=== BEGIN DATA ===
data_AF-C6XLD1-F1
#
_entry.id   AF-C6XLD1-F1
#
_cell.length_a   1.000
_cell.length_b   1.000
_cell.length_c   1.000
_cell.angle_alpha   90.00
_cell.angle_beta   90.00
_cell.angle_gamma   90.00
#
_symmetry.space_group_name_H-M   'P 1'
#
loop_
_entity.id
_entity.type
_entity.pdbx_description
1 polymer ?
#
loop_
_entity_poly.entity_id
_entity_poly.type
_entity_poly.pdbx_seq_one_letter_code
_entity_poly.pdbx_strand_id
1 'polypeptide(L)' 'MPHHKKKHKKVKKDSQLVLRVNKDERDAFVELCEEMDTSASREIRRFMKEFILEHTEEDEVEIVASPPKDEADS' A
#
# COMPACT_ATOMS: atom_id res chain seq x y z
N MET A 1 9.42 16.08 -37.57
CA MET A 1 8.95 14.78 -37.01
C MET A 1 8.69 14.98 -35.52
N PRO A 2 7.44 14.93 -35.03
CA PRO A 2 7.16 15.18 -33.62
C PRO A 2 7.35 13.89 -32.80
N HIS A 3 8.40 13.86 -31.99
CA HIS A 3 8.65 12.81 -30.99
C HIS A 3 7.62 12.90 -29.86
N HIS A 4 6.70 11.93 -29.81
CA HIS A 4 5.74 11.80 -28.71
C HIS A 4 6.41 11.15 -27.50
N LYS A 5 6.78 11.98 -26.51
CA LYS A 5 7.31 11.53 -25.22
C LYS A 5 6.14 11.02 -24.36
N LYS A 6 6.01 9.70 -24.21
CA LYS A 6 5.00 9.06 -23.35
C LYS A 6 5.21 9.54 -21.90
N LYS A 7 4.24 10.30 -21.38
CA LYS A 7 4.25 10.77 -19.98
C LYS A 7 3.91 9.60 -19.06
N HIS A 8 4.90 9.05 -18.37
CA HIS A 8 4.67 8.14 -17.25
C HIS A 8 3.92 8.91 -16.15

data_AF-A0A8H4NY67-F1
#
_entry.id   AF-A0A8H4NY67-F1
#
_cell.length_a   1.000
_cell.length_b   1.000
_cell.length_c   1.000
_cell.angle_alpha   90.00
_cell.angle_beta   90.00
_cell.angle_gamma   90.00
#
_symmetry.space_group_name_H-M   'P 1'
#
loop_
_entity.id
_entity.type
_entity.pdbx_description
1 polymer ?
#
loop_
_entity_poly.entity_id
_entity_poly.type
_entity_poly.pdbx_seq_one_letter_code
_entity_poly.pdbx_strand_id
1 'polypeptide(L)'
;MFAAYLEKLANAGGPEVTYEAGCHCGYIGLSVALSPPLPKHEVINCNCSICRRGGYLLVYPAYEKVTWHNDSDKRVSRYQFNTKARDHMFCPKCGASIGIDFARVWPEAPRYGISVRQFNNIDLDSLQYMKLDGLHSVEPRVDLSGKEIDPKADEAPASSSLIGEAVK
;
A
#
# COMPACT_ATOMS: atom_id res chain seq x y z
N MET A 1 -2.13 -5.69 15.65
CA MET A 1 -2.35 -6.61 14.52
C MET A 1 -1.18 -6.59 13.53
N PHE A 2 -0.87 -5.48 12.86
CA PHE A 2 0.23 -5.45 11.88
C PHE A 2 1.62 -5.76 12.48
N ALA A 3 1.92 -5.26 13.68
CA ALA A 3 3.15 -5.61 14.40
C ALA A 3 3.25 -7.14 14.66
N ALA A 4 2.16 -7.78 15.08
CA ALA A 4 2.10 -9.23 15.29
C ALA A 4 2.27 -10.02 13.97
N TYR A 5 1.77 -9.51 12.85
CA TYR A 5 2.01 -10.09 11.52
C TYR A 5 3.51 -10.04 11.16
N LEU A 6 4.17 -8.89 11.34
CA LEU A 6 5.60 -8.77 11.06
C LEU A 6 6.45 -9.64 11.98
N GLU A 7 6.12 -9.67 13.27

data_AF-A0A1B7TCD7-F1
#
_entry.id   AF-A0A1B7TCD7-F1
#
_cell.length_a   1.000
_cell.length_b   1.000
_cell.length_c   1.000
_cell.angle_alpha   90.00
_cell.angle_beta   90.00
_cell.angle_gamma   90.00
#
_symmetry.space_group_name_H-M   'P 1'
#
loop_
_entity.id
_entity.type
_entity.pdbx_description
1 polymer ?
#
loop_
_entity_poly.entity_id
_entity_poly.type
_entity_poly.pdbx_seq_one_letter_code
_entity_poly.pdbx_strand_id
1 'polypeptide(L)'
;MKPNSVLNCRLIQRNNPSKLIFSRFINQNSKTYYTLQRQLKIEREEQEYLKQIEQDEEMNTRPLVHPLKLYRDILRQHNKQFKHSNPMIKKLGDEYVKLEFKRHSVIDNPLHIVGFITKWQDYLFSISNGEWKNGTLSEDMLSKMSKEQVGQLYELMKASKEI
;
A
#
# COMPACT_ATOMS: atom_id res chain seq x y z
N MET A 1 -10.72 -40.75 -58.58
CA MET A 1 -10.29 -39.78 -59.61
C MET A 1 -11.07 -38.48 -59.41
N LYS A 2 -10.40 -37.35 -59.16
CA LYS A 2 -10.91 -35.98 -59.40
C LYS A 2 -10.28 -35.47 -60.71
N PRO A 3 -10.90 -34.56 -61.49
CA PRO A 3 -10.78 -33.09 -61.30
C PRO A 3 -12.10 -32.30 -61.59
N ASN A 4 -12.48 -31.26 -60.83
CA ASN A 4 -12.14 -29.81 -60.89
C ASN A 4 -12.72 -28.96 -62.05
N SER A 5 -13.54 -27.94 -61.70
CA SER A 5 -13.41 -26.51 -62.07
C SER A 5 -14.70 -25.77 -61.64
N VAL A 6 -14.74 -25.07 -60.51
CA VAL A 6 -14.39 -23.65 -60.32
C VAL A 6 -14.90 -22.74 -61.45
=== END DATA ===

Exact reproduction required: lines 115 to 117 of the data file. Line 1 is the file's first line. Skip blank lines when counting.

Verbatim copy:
_entity.id
_entity.type
_entity.pdbx_description